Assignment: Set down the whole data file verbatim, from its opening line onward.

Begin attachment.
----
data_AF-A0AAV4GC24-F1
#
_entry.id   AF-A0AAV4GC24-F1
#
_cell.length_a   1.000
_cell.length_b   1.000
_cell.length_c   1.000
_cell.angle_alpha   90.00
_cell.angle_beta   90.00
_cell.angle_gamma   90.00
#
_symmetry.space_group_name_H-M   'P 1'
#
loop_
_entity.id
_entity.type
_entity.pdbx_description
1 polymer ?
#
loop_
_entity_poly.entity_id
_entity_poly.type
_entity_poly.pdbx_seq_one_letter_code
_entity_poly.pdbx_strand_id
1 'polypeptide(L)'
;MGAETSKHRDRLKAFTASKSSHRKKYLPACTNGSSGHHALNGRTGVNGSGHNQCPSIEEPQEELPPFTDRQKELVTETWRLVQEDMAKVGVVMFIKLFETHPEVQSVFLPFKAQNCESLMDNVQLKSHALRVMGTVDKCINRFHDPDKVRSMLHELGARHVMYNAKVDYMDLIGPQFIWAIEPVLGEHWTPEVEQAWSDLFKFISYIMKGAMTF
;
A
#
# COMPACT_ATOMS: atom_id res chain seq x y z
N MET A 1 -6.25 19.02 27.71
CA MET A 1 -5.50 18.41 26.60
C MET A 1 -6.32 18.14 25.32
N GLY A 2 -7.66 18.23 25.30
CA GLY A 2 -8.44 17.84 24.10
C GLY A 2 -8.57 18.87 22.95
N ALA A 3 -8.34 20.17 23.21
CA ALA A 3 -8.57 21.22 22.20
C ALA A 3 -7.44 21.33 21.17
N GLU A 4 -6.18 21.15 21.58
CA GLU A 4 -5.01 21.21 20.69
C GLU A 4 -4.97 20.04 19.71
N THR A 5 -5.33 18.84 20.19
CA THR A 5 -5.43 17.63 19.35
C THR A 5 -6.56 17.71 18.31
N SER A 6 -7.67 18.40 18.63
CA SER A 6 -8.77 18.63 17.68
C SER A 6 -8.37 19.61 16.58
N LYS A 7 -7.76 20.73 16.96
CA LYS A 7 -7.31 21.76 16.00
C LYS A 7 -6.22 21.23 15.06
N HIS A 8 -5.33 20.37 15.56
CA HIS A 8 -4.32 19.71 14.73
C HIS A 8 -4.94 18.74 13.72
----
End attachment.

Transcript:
data_AF-A0AAV4GC24-F1
#
_entry.id   AF-A0AAV4GC24-F1
#
_cell.length_a   1.000
_cell.length_b   1.000
_cell.length_c   1.000
_cell.angle_alpha   90.00
_cell.angle_beta   90.00
_cell.angle_gamma   90.00
#
_symmetry.space_group_name_H-M   'P 1'
#
loop_
_entity.id
_entity.type
_entity.pdbx_description
1 polymer ?
#
loop_
_entity_poly.entity_id
_entity_poly.type
_entity_poly.pdbx_seq_one_letter_code
_entity_poly.pdbx_strand_id
1 'polypeptide(L)'
;MGAETSKHRDRLKAFTASKSSHRKKYLPACTNGSSGHHALNGRTGVNGSGHNQCPSIEEPQEELPPFTDRQKELVTETWRLVQEDMAKVGVVMFIKLFETHPEVQSVFLPFKAQNCESLMDNVQLKSHALRVMGTVDKCINRFHDPDKVRSMLHELGARHVMYNAKVDYMDLIGPQFIWAIEPVLGEHWTPEVEQAWSDLFKFISYIMKGAMTF
;
A
#
# COMPACT_ATOMS: atom_id res chain seq x y z
N MET A 1 -6.25 19.02 27.71
CA MET A 1 -5.50 18.41 26.60
C MET A 1 -6.32 18.14 25.32
N GLY A 2 -7.66 18.23 25.30
CA GLY A 2 -8.44 17.84 24.10
C GLY A 2 -8.57 18.87 22.95
N ALA A 3 -8.34 20.17 23.21
CA ALA A 3 -8.57 21.22 22.20
C ALA A 3 -7.44 21.33 21.17
N GLU A 4 -6.18 21.15 21.58
CA GLU A 4 -5.01 21.21 20.69
C GLU A 4 -4.97 20.04 19.71
N THR A 5 -5.33 18.84 20.19
CA THR A 5 -5.43 17.63 19.35
C THR A 5 -6.56 17.71 18.31
N SER A 6 -7.67 18.40 18.63
CA SER A 6 -8.77 18.63 17.68
C SER A 6 -8.37 19.61 16.58
N LYS A 7 -7.76 20.73 16.96
CA LYS A 7 -7.31 21.76 16.00
C LYS A 7 -6.22 21.23 15.06
N HIS A 8 -5.33 20.37 15.56
CA HIS A 8 -4.32 19.71 14.73
C HIS A 8 -4.94 18.74 13.72